Daniel – College has made me feel more independent and I feel that I can communicate better with others now. It has helped me a lot.
Holly – I feel more confident than when I started, at college you can be more open in what you like to talk about. It has helped me build independence and confidence in my programming skills.
What are your ambitions?
James – I would like to study for a PHD in physics and I have unconditional offers for my undergraduate degree, including the University of St Andrews.
Holly – I want to go into TV production. I am planning on going to college first and then University.
Daniel – I want to study computer games development at the University of Abertay. This course will definitely help me with that.
What advice would you give other pupils hoping to take this programme?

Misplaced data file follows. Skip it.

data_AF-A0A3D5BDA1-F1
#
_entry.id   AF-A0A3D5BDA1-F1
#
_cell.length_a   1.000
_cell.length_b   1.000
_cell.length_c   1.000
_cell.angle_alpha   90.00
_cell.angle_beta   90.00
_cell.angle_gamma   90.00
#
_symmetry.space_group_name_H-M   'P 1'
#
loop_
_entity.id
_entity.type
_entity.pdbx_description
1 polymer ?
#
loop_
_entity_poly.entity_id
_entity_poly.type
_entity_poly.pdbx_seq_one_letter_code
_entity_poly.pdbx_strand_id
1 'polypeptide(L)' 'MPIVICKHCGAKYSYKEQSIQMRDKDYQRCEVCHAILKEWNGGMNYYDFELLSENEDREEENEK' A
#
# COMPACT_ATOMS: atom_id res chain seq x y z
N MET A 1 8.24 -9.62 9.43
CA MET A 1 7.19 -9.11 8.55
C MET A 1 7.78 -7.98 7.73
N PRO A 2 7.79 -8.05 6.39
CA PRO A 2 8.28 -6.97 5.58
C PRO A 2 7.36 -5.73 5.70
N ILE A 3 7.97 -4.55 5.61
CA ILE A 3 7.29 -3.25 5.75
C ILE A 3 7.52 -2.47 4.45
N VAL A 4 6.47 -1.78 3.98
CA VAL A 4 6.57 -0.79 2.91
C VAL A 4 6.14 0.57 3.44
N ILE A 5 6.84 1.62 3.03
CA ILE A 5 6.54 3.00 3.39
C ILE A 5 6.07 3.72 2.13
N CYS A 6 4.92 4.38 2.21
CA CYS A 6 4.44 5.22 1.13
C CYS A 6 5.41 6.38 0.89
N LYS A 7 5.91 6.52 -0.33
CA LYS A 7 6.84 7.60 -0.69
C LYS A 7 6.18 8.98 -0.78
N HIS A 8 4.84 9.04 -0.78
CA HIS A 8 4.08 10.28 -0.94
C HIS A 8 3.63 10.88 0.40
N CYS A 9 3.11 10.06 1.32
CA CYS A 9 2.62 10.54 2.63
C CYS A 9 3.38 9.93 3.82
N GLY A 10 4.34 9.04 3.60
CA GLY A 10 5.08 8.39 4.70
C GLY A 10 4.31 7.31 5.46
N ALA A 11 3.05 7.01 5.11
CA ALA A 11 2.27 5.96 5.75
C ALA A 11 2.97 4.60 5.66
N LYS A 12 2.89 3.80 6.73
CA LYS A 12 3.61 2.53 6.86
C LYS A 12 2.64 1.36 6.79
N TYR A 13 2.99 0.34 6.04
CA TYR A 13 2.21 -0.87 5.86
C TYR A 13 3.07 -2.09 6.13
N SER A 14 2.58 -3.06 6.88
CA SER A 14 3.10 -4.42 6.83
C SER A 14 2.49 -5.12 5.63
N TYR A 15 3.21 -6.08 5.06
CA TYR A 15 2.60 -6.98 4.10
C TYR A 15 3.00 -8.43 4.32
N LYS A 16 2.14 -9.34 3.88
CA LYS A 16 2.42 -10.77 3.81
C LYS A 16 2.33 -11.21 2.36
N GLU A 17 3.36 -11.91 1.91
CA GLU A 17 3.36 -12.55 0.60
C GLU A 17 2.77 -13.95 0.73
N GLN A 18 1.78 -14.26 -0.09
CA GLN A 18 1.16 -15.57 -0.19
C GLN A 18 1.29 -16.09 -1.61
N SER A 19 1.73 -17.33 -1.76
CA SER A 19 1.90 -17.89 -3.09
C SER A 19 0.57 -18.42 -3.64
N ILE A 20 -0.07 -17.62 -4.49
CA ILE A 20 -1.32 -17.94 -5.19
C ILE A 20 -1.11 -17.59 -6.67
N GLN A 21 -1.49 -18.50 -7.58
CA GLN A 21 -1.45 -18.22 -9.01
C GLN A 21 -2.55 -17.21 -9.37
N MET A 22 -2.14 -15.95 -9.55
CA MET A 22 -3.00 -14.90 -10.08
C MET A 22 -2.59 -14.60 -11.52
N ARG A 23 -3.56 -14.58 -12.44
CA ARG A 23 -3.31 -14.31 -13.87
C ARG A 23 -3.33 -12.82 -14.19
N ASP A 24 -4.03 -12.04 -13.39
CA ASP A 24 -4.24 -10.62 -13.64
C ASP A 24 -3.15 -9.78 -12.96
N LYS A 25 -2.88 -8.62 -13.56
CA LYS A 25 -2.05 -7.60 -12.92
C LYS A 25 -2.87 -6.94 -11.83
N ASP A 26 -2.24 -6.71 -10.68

James – If you enjoy playing games, you will like this course. Although there is definitely plenty to find in it even if you are not a gamer.
Holly – It is something that you will enjoy, you will not regret choosing it.
Daniel – It is a great opportunity to get a feel for college life and study a course here.
Michael Robertson, Business and IT Lecturer, told us about what’s next for the rest of the class.
“This class have been fantastic, a really motivated and enthusiastic group. Everyone has a positive destination for next year whether it’s staying on to S6 or going to college or university. Some are continuing to study computer games development full-time.
This course is not just for someone who wants to be a computer game developer, it offers so many transferable and relevant skills for the workplace in today’s world. The digital industry is huge and the demand for skilled people in this sector is growing every year.”
To find out more about our school college programme: http://www1.ayrshire.ac.uk/schools/schoolcollege-partnership/
For more information or someone to speak to regarding school college courses please contact DYW@ayrshire.ac.uk